He’s been an absolute killer in the European circuit, knocking people out with ease. Of course the best way to test his true talent is to match him with a durable veteran like Paulo Thiago.

Thiago has firmly asserted himself as a welterweight gatekeeper and I mean no disrespect by saying that. It’s just a honest fact when you look at his record as he’s struggled against some of the upper level talents in the welterweight division.

Of course those struggles came against two guys with really good wrestling (Diego Sanchez/Jon Fitch) and one of the best technical strikers in Martin Kampmann.

Bahadurzada doesn’t bring top-notch level wrestling but he does bring some serious striking credentials.

The “Octagon Jitters” gets to a lot of debuting stars but I don’t see Bahadurzada wasting his shot after such a long wait. I’m going with a TKO victory for Bahadurzada.

MW: Alessio Sakara (15-8) vs. Brian Stann (11-4)

De Souza: Brian Stann seemed poised to be the contender that nobody saw coming in the UFC Middleweight division. The thought was solidified by victories over Mike Massenzio, Jorge Santiago and Chris Leben. Everything went Stann’s way and he looked to go 4-0 with a UFC 136 win over Chael Sonnen, but Sonnen exploited Stann’s susceptibility to a solid wrestling game and submitted him after dominating him early in the bout. Of course, there’s no shame in a loss to a fighter like Sonnen, but now is Stann’s moment to rebound.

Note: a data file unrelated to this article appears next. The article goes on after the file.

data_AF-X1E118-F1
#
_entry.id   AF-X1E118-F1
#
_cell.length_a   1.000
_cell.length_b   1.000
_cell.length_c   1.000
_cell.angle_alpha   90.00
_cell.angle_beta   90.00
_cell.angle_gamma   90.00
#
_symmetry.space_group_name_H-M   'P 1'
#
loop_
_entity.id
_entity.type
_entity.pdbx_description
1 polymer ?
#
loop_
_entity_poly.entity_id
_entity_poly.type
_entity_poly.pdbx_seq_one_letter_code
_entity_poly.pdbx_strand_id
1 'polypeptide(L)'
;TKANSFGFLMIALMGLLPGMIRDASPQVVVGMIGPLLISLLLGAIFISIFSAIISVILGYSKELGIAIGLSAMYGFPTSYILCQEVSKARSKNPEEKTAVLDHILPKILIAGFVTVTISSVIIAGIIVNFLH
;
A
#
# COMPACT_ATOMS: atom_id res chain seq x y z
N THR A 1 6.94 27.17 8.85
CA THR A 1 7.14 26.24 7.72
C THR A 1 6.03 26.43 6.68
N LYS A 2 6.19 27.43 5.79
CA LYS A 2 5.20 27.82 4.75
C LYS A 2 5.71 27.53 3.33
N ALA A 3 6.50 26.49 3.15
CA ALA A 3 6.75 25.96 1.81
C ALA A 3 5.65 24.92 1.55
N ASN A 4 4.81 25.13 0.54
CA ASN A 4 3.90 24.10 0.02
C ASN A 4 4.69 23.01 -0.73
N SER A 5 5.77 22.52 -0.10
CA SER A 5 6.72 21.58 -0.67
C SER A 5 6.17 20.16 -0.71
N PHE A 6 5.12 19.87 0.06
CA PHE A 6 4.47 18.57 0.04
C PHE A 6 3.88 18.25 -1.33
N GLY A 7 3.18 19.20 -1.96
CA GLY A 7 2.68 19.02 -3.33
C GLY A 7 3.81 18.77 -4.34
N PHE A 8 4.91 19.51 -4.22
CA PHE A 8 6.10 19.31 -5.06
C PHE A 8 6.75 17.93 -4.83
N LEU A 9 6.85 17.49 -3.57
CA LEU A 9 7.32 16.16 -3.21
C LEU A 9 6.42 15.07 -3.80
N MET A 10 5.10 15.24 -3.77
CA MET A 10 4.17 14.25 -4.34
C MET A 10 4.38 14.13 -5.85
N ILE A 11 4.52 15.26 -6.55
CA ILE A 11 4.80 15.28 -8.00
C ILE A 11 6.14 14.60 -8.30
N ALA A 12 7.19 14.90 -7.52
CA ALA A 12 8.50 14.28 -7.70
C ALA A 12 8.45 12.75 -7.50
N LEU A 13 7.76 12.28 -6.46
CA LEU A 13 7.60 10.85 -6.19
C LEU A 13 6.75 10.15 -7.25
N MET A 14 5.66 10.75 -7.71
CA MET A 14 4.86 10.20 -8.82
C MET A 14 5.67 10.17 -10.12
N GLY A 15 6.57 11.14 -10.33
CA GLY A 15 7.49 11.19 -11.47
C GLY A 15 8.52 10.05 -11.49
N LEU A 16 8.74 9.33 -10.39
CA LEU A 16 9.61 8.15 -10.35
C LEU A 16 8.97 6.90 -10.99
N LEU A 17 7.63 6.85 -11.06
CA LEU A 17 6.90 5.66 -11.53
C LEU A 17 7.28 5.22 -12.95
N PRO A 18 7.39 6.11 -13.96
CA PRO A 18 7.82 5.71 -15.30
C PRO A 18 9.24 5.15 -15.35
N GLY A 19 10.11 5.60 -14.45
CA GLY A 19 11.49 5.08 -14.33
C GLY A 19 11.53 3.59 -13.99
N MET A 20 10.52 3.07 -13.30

In Alessio Sakara, Stann faces a man who is a striker by trade and a man who is 3-2 in his last five bouts, with a three-fight streak snapped by a then-debuting Chris Weidman. When we say “striker by trade”, we’re talking about a swift, accurate fighter who always stands, always trades, and always looks for that one big knockout shot. The ten-year veteran has the overall experience edge on Stann, but will it make a difference when he fights Stann in Stockholm?